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Container terminal and landside congestion, which has hampered operations in many north European ports this year, could ease significantly, if the latest Global Port Tracker prediction of weak growth for the final three months of 2014 and the first half of next year are correct.

According to Ben Hackett, one of the authors of the monthly North Europe Trade Outlook report, the engine of the European economy has already “blown a gasket” and is now “in danger of coming to a complete stop”, as economic growth in the Eurozone’s major nations evaporates.

Mr Hackett said: “New business orders are declining, industry and consumer confidence is low, especially in Germany, all of which has an impact on the manufacturing giant, China, which is seeing its industrial production dropping rapidly.”

The analyst cited “stagflation”, where inflation falls below zero, continuing austerity policies and the economic backlash of the Russia-Ukraine conflict as the main drags on European growth.

Indeed, the North Europe Global Port Tracker, published by Hackett Associates and the Bremen-based Institute of Shipping Economics and Logistics, predicted just 2.8% import and 2.4% export growth for loaded boxes in 2015 at the six north range ports of Le Havre, Zeebrugge, Antwerp, Rotterdam, Bremerhaven and Hamburg.

This compares with the 2014 full-year forecast of a 7.1% expansion of deepsea container throughput at the same ports – a better-than-expected result for ocean carriers and the consequence of a welcome return of the peak season this year.

Good peak season volumes have aggravated congestion problems at the two biggest North Europe ports of Rotterdam and Hamburg over the past few months, which have led to ship diversions, landside delays and unpredictable supply chains for importers and exporters.

Arguably, these container terminals could have coped with the extra throughput were it not for the combined effect of the introduction of ultra-large container vessels (ULCVs)  and the declining schedule reliability of the carriers.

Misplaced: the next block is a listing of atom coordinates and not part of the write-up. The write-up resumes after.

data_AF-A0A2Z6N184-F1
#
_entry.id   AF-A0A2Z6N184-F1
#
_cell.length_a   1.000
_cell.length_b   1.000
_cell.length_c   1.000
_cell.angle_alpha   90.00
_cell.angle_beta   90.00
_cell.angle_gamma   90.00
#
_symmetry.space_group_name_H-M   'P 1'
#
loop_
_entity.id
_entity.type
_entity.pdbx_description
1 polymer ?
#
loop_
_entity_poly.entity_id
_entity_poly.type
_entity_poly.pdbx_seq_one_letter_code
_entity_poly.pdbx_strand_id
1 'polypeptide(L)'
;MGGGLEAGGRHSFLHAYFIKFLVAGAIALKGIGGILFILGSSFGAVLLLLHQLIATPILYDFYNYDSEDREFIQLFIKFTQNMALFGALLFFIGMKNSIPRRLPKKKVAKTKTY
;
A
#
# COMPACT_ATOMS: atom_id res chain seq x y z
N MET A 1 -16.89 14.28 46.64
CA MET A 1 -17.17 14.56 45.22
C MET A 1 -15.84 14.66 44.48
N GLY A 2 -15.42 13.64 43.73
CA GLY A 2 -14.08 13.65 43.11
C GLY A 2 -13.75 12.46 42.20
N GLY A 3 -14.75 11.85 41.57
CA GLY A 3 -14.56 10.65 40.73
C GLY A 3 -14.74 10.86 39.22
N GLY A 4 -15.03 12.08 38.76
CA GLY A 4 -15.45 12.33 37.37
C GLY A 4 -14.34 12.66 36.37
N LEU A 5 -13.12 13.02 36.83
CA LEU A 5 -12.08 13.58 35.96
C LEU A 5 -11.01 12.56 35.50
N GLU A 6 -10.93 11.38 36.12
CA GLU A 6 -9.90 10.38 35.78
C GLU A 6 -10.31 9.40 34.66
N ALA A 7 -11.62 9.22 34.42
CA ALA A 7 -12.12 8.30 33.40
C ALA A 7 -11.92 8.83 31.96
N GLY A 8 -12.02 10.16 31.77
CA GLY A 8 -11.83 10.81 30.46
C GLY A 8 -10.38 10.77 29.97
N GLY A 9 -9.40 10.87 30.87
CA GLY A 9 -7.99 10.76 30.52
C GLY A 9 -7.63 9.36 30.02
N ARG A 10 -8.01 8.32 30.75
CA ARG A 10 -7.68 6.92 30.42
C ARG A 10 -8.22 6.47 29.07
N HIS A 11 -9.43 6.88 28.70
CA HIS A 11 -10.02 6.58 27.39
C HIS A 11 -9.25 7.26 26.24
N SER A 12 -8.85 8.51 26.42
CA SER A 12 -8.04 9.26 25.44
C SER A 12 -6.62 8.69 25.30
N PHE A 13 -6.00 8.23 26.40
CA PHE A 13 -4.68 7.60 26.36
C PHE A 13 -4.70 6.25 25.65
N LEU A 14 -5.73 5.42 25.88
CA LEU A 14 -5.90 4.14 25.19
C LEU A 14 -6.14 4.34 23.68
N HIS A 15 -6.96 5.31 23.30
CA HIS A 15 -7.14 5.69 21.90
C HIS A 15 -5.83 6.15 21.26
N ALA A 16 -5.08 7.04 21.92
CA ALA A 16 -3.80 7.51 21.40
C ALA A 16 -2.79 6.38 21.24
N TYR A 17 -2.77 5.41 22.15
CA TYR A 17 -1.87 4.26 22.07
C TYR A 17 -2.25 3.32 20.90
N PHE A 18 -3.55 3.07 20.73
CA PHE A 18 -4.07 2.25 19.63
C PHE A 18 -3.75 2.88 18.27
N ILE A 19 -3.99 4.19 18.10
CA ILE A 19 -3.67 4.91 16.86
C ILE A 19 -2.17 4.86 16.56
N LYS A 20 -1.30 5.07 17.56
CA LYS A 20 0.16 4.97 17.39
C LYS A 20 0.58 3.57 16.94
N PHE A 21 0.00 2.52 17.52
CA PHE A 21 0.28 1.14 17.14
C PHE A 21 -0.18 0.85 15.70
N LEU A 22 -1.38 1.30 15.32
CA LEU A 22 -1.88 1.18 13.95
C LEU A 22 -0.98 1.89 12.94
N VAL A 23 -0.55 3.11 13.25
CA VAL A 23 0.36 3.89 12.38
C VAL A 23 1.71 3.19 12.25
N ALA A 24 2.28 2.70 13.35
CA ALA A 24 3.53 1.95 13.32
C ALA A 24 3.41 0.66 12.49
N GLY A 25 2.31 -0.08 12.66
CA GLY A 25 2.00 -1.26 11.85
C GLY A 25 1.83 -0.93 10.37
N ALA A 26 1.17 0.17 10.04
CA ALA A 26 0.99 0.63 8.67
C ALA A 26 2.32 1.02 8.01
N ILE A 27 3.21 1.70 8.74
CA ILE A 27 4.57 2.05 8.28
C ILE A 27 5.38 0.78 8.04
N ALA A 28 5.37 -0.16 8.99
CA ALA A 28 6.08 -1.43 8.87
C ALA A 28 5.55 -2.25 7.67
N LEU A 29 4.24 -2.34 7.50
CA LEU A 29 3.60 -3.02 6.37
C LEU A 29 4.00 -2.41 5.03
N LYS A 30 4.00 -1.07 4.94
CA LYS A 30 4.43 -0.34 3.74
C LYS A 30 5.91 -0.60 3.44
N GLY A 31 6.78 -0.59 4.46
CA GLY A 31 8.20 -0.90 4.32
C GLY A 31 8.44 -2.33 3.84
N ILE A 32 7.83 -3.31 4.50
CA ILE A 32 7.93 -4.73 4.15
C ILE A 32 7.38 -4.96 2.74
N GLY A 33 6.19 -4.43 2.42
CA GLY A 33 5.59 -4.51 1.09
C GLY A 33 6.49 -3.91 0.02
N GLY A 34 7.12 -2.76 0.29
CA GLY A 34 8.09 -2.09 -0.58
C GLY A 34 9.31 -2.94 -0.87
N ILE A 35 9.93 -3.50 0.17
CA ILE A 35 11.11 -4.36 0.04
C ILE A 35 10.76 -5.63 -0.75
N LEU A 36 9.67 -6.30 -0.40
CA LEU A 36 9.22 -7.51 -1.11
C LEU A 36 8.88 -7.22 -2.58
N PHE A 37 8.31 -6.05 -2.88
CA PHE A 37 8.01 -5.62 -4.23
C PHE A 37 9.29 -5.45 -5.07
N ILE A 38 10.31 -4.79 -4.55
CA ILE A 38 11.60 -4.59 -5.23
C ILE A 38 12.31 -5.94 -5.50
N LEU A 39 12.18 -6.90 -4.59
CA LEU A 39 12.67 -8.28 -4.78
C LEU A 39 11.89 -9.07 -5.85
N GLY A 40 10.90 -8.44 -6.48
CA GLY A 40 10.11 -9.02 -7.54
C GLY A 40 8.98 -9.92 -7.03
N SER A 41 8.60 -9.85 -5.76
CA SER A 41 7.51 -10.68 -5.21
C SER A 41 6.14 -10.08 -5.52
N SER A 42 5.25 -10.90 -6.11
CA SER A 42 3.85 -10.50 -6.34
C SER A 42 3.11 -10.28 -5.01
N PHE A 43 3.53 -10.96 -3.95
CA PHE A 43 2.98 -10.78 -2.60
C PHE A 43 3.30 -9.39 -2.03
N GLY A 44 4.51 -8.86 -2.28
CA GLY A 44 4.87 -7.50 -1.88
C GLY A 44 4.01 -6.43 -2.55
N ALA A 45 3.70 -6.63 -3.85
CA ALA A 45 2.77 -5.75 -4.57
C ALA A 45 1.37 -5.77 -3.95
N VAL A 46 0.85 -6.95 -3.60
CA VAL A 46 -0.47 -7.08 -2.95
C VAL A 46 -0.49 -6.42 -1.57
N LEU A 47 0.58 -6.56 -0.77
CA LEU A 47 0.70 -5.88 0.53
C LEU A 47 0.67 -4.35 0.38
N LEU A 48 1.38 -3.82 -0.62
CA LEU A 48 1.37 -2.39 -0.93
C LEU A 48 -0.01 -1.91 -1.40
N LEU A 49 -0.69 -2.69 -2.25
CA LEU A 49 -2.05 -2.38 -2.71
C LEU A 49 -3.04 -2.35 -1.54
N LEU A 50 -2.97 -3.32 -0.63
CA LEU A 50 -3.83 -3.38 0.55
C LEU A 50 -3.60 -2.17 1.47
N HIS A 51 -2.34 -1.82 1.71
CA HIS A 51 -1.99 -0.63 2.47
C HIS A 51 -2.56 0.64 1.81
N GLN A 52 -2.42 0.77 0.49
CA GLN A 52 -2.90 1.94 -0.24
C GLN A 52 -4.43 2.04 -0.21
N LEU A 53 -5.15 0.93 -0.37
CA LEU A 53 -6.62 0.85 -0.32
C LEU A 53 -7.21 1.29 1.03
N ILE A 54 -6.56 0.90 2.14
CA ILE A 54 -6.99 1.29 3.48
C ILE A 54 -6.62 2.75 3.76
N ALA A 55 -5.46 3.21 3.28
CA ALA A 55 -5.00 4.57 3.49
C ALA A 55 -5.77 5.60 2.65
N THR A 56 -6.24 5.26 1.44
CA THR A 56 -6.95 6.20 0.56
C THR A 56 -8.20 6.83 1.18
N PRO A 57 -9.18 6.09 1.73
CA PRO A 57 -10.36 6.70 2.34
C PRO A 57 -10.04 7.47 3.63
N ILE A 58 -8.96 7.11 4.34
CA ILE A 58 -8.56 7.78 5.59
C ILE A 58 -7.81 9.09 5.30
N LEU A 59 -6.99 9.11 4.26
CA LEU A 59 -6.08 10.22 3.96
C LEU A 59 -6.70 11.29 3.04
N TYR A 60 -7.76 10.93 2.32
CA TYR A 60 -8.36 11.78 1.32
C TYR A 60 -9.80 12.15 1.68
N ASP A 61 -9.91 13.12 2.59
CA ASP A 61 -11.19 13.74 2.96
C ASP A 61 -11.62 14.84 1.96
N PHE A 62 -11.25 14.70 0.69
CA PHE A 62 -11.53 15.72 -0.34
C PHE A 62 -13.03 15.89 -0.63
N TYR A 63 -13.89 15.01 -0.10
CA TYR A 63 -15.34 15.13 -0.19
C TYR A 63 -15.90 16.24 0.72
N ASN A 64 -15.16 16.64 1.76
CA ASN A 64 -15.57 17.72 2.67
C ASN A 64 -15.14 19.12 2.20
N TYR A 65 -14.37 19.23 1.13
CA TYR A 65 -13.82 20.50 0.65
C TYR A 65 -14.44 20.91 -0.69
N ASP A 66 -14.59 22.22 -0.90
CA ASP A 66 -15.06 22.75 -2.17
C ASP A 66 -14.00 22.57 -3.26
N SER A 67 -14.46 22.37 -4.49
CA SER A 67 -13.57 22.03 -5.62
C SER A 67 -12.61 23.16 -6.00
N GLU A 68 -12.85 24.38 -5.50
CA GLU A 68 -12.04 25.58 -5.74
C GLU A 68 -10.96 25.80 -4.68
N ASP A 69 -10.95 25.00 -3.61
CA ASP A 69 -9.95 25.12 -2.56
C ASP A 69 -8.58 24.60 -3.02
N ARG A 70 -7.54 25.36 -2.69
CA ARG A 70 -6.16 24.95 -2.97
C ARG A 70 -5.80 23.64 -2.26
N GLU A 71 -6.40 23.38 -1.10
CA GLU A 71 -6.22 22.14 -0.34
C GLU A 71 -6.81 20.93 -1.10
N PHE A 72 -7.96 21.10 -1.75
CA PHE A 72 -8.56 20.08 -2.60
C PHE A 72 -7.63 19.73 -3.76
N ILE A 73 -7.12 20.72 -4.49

Instead of speeding up to hit berthing windows, ULCV captains are under strict instructions from carrier operating centres to maintain strict speed limits to conserve bunkers and save money.

The unexpected growth in Asia-Europe volumes this year, around twice the level previously forecast, was a key driver in Maersk Line’s stellar performance, according to chief executive Soren Skou speaking at the Group’s Capital Markets Day last week.

Elsewhere, the temporary cargo boom has been a saving grace for other carriers who might otherwise have struggled to satisfactorily utilise their ships.

Strong demand has also been fundamental in earlier maintaining Asia-Europe freight rates, which might otherwise have slid into dangerous sub-economic territory at a much earlier stage.

But spot rates on the trade have now fallen well under the break-even level of $1,000 per teu, with forwarders this week reporting quotes of as little as $650 per teu, suggesting Mr Hackett and his colleagues are correct in their predictions of softer demand in the next few quarters.

The likelihood of too much capacity chasing less cargo is once again rearing its head, and unless there is a radical series voided of sailings it would appear that this fresh rate war could be sustained.

Indeed, some carriers do appear to be addressing this. It is understood that cancelled sailings on the week beginning 3 November could see weekly capacity reduced from 260,000teu to 229,000teu.

In addition, G6 member carrier NYK has announced a $920 per teu general rate increase to be implemented on that date.

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